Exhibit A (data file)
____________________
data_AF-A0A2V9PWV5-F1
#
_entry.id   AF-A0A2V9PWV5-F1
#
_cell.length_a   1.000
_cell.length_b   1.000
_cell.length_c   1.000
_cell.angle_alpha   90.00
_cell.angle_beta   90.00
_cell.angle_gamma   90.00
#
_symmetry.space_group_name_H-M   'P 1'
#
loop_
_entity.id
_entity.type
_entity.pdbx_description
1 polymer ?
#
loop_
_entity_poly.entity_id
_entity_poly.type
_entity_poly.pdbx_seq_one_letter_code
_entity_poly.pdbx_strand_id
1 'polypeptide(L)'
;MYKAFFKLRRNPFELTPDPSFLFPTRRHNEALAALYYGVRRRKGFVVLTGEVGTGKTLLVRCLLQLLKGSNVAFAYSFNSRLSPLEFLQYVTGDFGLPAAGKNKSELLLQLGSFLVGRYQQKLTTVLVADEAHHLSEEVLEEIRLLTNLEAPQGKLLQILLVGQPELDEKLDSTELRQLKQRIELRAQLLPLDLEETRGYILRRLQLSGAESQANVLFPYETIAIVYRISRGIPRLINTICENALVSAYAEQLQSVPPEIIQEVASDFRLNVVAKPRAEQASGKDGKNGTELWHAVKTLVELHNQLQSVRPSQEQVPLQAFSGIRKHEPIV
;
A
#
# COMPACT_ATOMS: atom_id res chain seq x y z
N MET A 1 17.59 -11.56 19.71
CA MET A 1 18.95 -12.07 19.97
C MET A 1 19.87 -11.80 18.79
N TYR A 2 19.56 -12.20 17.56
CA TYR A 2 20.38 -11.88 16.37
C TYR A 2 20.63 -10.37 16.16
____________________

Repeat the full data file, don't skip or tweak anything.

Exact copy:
data_AF-A0A2V9PWV5-F1
#
_entry.id   AF-A0A2V9PWV5-F1
#
_cell.length_a   1.000
_cell.length_b   1.000
_cell.length_c   1.000
_cell.angle_alpha   90.00
_cell.angle_beta   90.00
_cell.angle_gamma   90.00
#
_symmetry.space_group_name_H-M   'P 1'
#
loop_
_entity.id
_entity.type
_entity.pdbx_description
1 polymer ?
#
loop_
_entity_poly.entity_id
_entity_poly.type
_entity_poly.pdbx_seq_one_letter_code
_entity_poly.pdbx_strand_id
1 'polypeptide(L)'
;MYKAFFKLRRNPFELTPDPSFLFPTRRHNEALAALYYGVRRRKGFVVLTGEVGTGKTLLVRCLLQLLKGSNVAFAYSFNSRLSPLEFLQYVTGDFGLPAAGKNKSELLLQLGSFLVGRYQQKLTTVLVADEAHHLSEEVLEEIRLLTNLEAPQGKLLQILLVGQPELDEKLDSTELRQLKQRIELRAQLLPLDLEETRGYILRRLQLSGAESQANVLFPYETIAIVYRISRGIPRLINTICENALVSAYAEQLQSVPPEIIQEVASDFRLNVVAKPRAEQASGKDGKNGTELWHAVKTLVELHNQLQSVRPSQEQVPLQAFSGIRKHEPIV
;
A
#
# COMPACT_ATOMS: atom_id res chain seq x y z
N MET A 1 17.59 -11.56 19.71
CA MET A 1 18.95 -12.07 19.97
C MET A 1 19.87 -11.80 18.79
N TYR A 2 19.56 -12.20 17.56
CA TYR A 2 20.38 -11.88 16.37
C TYR A 2 20.63 -10.37 16.16